Endeavor Robotics has unveiled the design of its Scorpion unmanned ground vehicle (UGV) that it is pushing for the US Army's Common Robotic System-Individual (CRS-I) programme.
The Scorpion is a clean-sheet design weighing less than 11 kg. Its light weight ensures that it is backpackable and carried by one individual. The ruggedised, tracked platform is highly mobile and can traverse rough terrain, climb stairs, as well as operate in wet or submerged environments.
The UGV can be controlled via a universal controller that features uPoint and MOCU-4 software, enabling operators to view and control other UGVs and UAVs simultaneously. The display can also present multiple video streams, while pre-set functions allow the operator to rapidly position the vehicle.
"With Scorpion, we've incorporated a number of new design elements and technology that will directly benefit explosive ordnance disposal teams and the warfighter in general," Endeavor CEO Sean Bielat told Jane's .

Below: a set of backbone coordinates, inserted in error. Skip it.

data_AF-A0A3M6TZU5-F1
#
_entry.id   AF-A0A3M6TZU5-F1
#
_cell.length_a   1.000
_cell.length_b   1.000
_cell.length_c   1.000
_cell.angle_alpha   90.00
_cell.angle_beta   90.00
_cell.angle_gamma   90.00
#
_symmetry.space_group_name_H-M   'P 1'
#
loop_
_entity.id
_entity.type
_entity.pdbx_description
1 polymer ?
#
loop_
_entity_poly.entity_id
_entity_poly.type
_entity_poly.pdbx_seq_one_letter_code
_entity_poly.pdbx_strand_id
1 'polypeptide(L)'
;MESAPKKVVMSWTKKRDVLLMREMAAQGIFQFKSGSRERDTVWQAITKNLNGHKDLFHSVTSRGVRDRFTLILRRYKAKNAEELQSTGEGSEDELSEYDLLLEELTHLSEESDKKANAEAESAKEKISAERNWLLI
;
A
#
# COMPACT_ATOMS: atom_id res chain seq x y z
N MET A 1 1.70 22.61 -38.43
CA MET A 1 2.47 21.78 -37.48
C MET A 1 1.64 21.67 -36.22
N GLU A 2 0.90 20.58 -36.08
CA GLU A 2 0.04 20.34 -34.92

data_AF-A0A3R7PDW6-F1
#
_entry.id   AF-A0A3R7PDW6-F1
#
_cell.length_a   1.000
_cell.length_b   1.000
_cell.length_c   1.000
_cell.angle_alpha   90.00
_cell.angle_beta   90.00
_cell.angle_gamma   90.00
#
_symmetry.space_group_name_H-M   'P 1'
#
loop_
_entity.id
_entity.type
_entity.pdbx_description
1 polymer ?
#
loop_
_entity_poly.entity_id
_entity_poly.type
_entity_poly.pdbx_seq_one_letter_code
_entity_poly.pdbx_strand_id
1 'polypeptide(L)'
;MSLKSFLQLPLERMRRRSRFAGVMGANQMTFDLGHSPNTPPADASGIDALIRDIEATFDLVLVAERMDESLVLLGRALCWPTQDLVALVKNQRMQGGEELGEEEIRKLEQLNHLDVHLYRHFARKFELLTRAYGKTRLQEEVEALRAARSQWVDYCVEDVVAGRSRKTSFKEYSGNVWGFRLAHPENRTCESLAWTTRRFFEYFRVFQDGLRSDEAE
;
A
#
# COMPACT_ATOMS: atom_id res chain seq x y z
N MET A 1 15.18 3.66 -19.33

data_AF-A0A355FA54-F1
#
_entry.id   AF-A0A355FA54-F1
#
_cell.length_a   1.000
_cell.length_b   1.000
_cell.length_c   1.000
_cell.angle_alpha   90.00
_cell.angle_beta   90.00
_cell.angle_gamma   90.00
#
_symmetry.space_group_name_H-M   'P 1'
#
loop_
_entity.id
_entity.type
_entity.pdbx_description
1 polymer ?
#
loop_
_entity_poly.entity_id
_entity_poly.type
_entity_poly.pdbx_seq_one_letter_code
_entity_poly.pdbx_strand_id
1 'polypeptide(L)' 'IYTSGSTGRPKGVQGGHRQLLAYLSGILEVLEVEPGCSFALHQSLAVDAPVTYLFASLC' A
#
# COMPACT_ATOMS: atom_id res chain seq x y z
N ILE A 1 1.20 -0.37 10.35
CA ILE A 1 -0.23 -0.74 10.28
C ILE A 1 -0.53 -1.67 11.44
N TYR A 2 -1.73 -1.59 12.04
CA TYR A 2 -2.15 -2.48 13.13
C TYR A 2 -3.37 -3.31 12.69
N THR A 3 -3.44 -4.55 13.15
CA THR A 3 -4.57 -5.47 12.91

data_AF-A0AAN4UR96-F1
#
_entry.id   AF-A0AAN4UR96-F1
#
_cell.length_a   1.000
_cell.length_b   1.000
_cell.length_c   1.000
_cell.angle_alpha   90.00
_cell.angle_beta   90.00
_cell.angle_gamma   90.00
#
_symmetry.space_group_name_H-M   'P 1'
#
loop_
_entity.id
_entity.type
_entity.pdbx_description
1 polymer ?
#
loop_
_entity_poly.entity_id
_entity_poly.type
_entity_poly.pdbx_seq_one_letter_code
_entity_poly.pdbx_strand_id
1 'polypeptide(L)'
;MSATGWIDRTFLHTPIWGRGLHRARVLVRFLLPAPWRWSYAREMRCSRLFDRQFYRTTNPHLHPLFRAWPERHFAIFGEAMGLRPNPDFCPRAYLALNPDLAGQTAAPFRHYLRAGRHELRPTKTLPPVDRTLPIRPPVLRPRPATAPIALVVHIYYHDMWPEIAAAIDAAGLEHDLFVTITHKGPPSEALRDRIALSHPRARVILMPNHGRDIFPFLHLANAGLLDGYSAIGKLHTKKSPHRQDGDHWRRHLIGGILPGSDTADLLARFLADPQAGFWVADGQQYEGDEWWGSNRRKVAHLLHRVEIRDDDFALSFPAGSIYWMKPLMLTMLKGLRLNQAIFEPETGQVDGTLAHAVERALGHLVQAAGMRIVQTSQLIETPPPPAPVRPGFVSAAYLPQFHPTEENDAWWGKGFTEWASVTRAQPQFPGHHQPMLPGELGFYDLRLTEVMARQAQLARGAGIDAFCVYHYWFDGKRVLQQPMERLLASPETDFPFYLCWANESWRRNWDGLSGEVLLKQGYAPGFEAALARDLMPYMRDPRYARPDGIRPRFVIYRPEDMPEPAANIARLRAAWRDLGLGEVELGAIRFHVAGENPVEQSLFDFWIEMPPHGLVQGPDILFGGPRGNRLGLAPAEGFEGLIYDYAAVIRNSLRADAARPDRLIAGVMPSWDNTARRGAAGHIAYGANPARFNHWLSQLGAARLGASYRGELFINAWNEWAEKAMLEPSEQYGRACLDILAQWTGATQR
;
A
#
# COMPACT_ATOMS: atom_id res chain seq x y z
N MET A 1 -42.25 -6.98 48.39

"Many of the advancements are around manipulation and mobility," he said, noting that the UGV is equipped with a patented flipper design that enables it to be self-righting.
"Scorpion includes more cameras than most other UGVs, located in areas that help operators better control the vehicle and manipulate objects, including an optional patented inline gripper camera that stays stationary while the gripper rotates," he added.
The UGV incorporates a manipulator arm that can lift loads of up to 6.8 kg. The arm can extend out to a maximum reach of 61 cm and rotate 360°.
It is also equipped with seven high-definition day and night cameras for enhanced situational awareness, while its open-architecture design enables the vehicle to be configured quickly. It can be repaired on the field using 3D printed parts.
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